This column presents facts regarding the United States Constitution, the Declaration of Independence, the Wisconsin State Constitution, and various other documents in reference to modern topics. Mark hopes to encourage interest in those works so that others can consider whether our government is practicing within its constitutional limits. In the last category, he may indicate his opinion. Mark is a resident of New Berlin. Readers are encouraged to visit the following sites for more information on the United States Constitution and Thomas Jefferson's views on politics and government.
According to USA TODAY, October 6, 2010 (full article available on-line)
WASHINGTON — Supreme Court justices expressed empathy Wednesday for a father whose Marine Corps son was killed in Iraq and whose funeral was protested by fundamentalist pastor Fred Phelps and his anti-gay followers.
"This is a case about exploiting a private family's grief," Justice Ruth Bader Ginsburg said.
Yet the scope of the justices' questions during the hour-long session revealed the difficulty of the case and the reality that the court's previous rulings on free speech make it hard for individuals to claim they have been harmed by even horrific statements regarding public issues.
Wednesday's case arose after Matthew Snyder, a Marine Corps lance corporal, was killed in Iraq in 2006. Fred Phelps and members of the Westboro Baptist Church — who comb media reports nationwide for news of military funerals — saw that Matthew would be memorialized in Westminster, Md. They protested near the Catholic church with signs that read, "Thank God for Dead Soldiers," "Fag Troops" and "Pope in Hell."
The Westboro congregation is made up mainly of Phelps' relatives. They preach that God hates gay people and protest what they say is a national tolerance for homosexuality, particularly under the military's "don't ask, don't tell" policy. (Snyder was not gay.)
Snyder sued for damages based on the emotional distress Phelps and his followers caused him and won $5 million in a jury verdict. The trial judge said Snyder was not a "public figure," which diminished the free speech protections for Phelps and his followers.
The U.S. Court of Appeals for the 4th Circuit reversed the verdict, saying the question was not the private or public status of Snyder but rather the "type" of speech at issue.
Justice Kennedy said he wanted help "in finding some line" between speech that merits protection and speech that does not.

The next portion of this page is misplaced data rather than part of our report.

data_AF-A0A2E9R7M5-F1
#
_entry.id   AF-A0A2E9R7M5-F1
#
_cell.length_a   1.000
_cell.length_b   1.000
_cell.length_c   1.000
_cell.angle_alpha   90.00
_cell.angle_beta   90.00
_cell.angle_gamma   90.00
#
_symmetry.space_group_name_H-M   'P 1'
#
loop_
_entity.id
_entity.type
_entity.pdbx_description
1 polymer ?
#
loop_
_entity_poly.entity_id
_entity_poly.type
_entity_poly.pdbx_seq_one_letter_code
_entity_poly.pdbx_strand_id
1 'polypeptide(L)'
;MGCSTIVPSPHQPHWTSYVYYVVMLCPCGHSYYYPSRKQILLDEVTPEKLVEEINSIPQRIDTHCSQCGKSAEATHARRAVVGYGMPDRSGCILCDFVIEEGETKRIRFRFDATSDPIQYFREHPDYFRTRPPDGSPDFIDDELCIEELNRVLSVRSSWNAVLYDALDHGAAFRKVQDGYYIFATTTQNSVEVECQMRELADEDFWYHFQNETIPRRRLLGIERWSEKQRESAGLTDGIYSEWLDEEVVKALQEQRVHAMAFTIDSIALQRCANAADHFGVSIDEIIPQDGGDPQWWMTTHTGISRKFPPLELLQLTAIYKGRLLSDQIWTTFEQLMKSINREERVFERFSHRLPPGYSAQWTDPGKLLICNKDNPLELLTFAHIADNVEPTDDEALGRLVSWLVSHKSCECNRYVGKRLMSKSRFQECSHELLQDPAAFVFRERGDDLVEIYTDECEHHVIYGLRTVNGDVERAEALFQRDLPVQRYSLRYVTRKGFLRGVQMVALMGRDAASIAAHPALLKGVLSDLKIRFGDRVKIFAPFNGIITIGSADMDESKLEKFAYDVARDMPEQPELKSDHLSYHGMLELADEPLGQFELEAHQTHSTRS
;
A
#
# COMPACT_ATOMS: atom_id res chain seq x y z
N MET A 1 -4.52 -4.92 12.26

Groups backing Snyder, including the Veterans of Foreign Wars and 48 states, stressed the need to protect the privacy of grieving military families. Free speech groups, such as the American Civil Liberties Union, say Phelps' horrific message is exactly the kind of unpopular, offensive speech the First Amendment was intended to protect.
A ruling in the case of Snyder v. Phelps is likely before next summer when the court recesses.
Federal vs. State Authority over speech
The US Constitution; First Amendment
Congress shall make no law respecting an establishment of religion, or prohibiting the free exercise thereof; or abridging the freedom of speech, or of the press; or the right of the people peaceably to assemble, and to petition the Government for a redress of grievances.
Missouri State Constitution; Article I, Section 8
That no law shall be passed impairing the freedom of speech, no matter by what means communicated: that every person shall be free to say, write or publish, or otherwise communicate whatever he will on any subject, being responsible for all abuses of that liberty; and that in all suits and prosecutions for libel or slander the truth thereof may be given in evidence; and in suits and prosecutions for libel the jury, under the direction of the court, shall determine the law and the facts.
We the People:
This should not be about the federal government finding some line, or it determining who is a public figure. This is about governmental jurisdiction. The Missouri constitution clearly includes a qualifier for its legislature to define abuses of speech. However the US Constitution prohibits such from Congress. Therefore the prerogative is for each state’s Supreme Court to interpret “abuse” and for the people therein to define abuse in their state constitutions via their state legislators.